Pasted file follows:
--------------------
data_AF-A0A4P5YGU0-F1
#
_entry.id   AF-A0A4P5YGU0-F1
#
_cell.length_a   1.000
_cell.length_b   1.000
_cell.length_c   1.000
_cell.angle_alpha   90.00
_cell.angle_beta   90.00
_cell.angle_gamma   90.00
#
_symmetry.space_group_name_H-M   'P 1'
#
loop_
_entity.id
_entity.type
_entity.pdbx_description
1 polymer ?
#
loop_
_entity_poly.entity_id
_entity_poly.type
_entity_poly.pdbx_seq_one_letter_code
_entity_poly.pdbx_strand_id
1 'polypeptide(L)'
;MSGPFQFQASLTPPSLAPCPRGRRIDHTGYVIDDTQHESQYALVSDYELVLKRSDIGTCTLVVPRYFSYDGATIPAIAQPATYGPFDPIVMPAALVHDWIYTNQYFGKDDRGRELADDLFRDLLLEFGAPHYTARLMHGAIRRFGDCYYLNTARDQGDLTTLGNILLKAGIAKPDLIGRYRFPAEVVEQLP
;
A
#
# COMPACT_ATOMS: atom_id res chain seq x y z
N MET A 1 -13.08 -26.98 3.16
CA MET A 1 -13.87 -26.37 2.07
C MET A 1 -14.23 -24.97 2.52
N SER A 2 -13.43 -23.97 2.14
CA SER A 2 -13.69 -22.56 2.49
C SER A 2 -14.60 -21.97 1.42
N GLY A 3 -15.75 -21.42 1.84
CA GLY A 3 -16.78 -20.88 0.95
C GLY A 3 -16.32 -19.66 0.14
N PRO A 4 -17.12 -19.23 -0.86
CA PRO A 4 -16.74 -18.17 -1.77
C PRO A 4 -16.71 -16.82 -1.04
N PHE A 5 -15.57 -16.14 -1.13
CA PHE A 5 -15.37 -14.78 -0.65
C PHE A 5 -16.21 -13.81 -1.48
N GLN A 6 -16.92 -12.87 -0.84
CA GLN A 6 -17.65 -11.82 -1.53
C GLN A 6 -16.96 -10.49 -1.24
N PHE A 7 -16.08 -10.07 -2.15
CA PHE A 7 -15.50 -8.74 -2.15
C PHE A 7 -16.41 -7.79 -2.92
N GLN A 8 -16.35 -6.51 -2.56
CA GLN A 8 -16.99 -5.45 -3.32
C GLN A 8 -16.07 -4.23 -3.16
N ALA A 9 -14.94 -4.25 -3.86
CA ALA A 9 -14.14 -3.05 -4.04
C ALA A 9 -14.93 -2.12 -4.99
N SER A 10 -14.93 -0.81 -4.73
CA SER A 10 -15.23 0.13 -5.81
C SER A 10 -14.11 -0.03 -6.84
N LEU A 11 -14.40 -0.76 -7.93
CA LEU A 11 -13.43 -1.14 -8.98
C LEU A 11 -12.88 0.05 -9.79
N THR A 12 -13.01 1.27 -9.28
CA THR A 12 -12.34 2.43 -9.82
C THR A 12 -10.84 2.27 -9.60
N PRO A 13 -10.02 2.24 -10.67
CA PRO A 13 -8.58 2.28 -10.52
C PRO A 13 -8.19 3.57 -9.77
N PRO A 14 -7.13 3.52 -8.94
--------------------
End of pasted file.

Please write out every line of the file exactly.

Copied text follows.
data_AF-A0A4P5YGU0-F1
#
_entry.id   AF-A0A4P5YGU0-F1
#
_cell.length_a   1.000
_cell.length_b   1.000
_cell.length_c   1.000
_cell.angle_alpha   90.00
_cell.angle_beta   90.00
_cell.angle_gamma   90.00
#
_symmetry.space_group_name_H-M   'P 1'
#
loop_
_entity.id
_entity.type
_entity.pdbx_description
1 polymer ?
#
loop_
_entity_poly.entity_id
_entity_poly.type
_entity_poly.pdbx_seq_one_letter_code
_entity_poly.pdbx_strand_id
1 'polypeptide(L)'
;MSGPFQFQASLTPPSLAPCPRGRRIDHTGYVIDDTQHESQYALVSDYELVLKRSDIGTCTLVVPRYFSYDGATIPAIAQPATYGPFDPIVMPAALVHDWIYTNQYFGKDDRGRELADDLFRDLLLEFGAPHYTARLMHGAIRRFGDCYYLNTARDQGDLTTLGNILLKAGIAKPDLIGRYRFPAEVVEQLP
;
A
#
# COMPACT_ATOMS: atom_id res chain seq x y z
N MET A 1 -13.08 -26.98 3.16
CA MET A 1 -13.87 -26.37 2.07
C MET A 1 -14.23 -24.97 2.52
N SER A 2 -13.43 -23.97 2.14
CA SER A 2 -13.69 -22.56 2.49
C SER A 2 -14.60 -21.97 1.42
N GLY A 3 -15.75 -21.42 1.84
CA GLY A 3 -16.78 -20.88 0.95
C GLY A 3 -16.32 -19.66 0.14
N PRO A 4 -17.12 -19.23 -0.86
CA PRO A 4 -16.74 -18.17 -1.77
C PRO A 4 -16.71 -16.82 -1.04
N PHE A 5 -15.57 -16.14 -1.13
CA PHE A 5 -15.37 -14.78 -0.65
C PHE A 5 -16.21 -13.81 -1.48
N GLN A 6 -16.92 -12.87 -0.84
CA GLN A 6 -17.65 -11.82 -1.53
C GLN A 6 -16.96 -10.49 -1.24
N PHE A 7 -16.08 -10.07 -2.15
CA PHE A 7 -15.50 -8.74 -2.15
C PHE A 7 -16.41 -7.79 -2.92
N GLN A 8 -16.35 -6.51 -2.56
CA GLN A 8 -16.99 -5.45 -3.32
C GLN A 8 -16.07 -4.23 -3.16
N ALA A 9 -14.94 -4.25 -3.86
CA ALA A 9 -14.14 -3.05 -4.04
C ALA A 9 -14.93 -2.12 -4.99
N SER A 10 -14.93 -0.81 -4.73
CA SER A 10 -15.23 0.13 -5.81
C SER A 10 -14.11 -0.03 -6.84
N LEU A 11 -14.40 -0.76 -7.93
CA LEU A 11 -13.43 -1.14 -8.98
C LEU A 11 -12.88 0.05 -9.79
N THR A 12 -13.01 1.27 -9.28
CA THR A 12 -12.34 2.43 -9.82
C THR A 12 -10.84 2.27 -9.60
N PRO A 13 -10.02 2.24 -10.67
CA PRO A 13 -8.58 2.28 -10.52
C PRO A 13 -8.19 3.57 -9.77
N PRO A 14 -7.13 3.52 -8.94